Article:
The cargo trucks criss-crossing India are brash, psychedelic folk art. They’re covered from bumper to bumper in religious iconography, talismans, and all manner of elaborate motifs, prompting the men behind their wheels to affectionately call them their “painted ladies.”
Photographer Dan Eckstein traveled some 10,000 kilometers through the country and trained his camera on this slice of Indian life for his book, Horn Please, to be released in December.
“India is beautiful and colorful and a wonderful place to make photographs, but I think it’s a hard place to make unique photographs—something that’s not an exotic cliché,” said Eckstein.
He explored the region for six weeks accompanied by a driver and translator, spending much of his time in truck stops, mechanic depots, and places you won’t find in the Lonely Planet.
“With a lot of the truck drivers there’s a little bit of machismo,” said Eckstein. “They’re smoking cigarettes, chewing tobacco, and listening to their music. There’s a feeling of adventure and the open road.”
The drivers had a bit of swagger and were quite serious when he made their portraits, but that melted away as soon as they saw their photos on the back of his camera. Then they were all smiles.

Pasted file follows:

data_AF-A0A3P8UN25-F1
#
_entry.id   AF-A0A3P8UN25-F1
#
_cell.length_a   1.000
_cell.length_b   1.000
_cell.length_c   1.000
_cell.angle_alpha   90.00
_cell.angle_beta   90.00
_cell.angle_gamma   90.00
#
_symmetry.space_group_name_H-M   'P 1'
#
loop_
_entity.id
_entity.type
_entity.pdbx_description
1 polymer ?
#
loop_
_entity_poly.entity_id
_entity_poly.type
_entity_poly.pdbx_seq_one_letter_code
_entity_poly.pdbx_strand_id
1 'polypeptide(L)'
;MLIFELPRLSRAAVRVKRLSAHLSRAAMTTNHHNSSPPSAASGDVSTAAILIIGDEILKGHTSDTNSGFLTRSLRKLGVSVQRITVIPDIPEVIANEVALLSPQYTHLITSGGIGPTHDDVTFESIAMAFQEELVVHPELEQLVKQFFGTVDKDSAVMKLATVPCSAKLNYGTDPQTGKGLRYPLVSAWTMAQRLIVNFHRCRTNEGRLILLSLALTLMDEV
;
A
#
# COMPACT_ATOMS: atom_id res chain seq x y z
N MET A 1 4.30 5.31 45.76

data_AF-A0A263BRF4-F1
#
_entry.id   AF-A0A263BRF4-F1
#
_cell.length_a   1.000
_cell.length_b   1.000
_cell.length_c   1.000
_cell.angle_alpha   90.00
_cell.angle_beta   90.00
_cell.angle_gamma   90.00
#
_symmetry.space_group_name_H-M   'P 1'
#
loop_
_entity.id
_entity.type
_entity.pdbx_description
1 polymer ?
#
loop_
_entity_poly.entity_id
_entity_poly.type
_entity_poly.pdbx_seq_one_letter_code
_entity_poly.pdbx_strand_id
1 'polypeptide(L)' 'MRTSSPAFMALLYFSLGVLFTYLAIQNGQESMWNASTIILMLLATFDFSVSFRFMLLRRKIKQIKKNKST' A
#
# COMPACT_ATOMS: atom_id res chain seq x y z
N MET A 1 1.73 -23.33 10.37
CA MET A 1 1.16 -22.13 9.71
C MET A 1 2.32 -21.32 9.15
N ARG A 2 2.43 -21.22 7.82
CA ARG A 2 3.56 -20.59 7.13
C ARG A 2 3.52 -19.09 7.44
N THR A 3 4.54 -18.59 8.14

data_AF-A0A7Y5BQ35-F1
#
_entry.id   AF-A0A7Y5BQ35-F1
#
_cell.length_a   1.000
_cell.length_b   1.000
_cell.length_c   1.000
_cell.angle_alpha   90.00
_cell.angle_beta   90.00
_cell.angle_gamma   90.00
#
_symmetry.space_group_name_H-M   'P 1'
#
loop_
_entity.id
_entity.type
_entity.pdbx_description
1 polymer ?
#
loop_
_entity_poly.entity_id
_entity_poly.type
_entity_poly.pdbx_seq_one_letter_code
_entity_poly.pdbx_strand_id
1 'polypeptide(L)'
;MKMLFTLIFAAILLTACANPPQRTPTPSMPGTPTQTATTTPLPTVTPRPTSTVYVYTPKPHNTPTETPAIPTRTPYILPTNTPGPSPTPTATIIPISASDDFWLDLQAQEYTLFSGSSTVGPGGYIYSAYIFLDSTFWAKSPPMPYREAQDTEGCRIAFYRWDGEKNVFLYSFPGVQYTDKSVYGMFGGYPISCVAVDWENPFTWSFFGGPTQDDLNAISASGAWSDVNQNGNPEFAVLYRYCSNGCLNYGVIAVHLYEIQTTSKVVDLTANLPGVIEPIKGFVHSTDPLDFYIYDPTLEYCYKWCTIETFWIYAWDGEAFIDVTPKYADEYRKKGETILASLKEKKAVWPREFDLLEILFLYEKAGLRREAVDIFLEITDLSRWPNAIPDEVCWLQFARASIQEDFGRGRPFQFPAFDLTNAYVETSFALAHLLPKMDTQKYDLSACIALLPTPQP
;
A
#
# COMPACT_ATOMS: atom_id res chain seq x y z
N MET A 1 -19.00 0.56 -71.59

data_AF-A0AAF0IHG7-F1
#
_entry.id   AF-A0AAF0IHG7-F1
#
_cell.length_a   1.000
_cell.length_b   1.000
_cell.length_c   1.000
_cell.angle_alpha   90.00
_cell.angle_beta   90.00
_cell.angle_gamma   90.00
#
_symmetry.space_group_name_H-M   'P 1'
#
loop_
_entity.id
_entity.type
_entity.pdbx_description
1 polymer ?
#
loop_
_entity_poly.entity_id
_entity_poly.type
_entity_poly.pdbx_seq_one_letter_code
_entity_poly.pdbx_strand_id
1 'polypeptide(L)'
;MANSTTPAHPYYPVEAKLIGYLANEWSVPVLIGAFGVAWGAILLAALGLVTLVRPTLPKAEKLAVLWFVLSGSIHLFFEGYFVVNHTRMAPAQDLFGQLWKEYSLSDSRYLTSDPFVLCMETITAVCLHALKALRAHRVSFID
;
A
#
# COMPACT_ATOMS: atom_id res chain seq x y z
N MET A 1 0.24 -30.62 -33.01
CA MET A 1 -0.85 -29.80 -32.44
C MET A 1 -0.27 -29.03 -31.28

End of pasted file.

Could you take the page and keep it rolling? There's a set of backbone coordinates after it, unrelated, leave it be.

The trucks are drivers’ homes for weeks at a time while they haul goods all over the country. They work in teams of two or three, driving in shifts, taking turns sleeping in bunks, and having meals at simple truck stops along the way.
Horn Please: The Decorated Trucks of India, powerHouse Books 2014.
Whether Hindu, Muslim, Sikh, or Christian—there’s usually ample evidence by the illustrations on the tailgate, sides, and the shrines installed in the cabs. If a driver is from the north, his good luck garlands may include chiles and limes. If he’s from the south, conch shells replace the chiles. Talismans against the evil eye include devilish faces or the image of a shoe, all carefully hand-painted.
Spend any time on Indian roads and you see why so many drivers seek the protection of good luck symbols.
“It’s a little hectic,” Eckstein said. “There’s every kind of vehicle—ox-drawn carts, shepherds bringing flocks through the highway, and cows wandering around. People don’t stick to one lane or another.”
The trucks are bold expressions of individuality and repositories of masculine, laboring pride. Drivers treat their rigs as evolving works of art, periodically commissioning a new illustration from roadside artists like one might collect tattoos.
The title Horn Please was inspired by the ubiquitous request painted in stylized lettering on the back of nearly every cargo vehicle. The many variations of the phrase encourage car drivers to sound their horn in alert when they plan to pass a truck, though Eckstein claims no encouragement is necessary.
“In India, the horn is going constantly to let everyone know where you are and where you’re going,” he says. “It’s an essential tool for navigating the road.”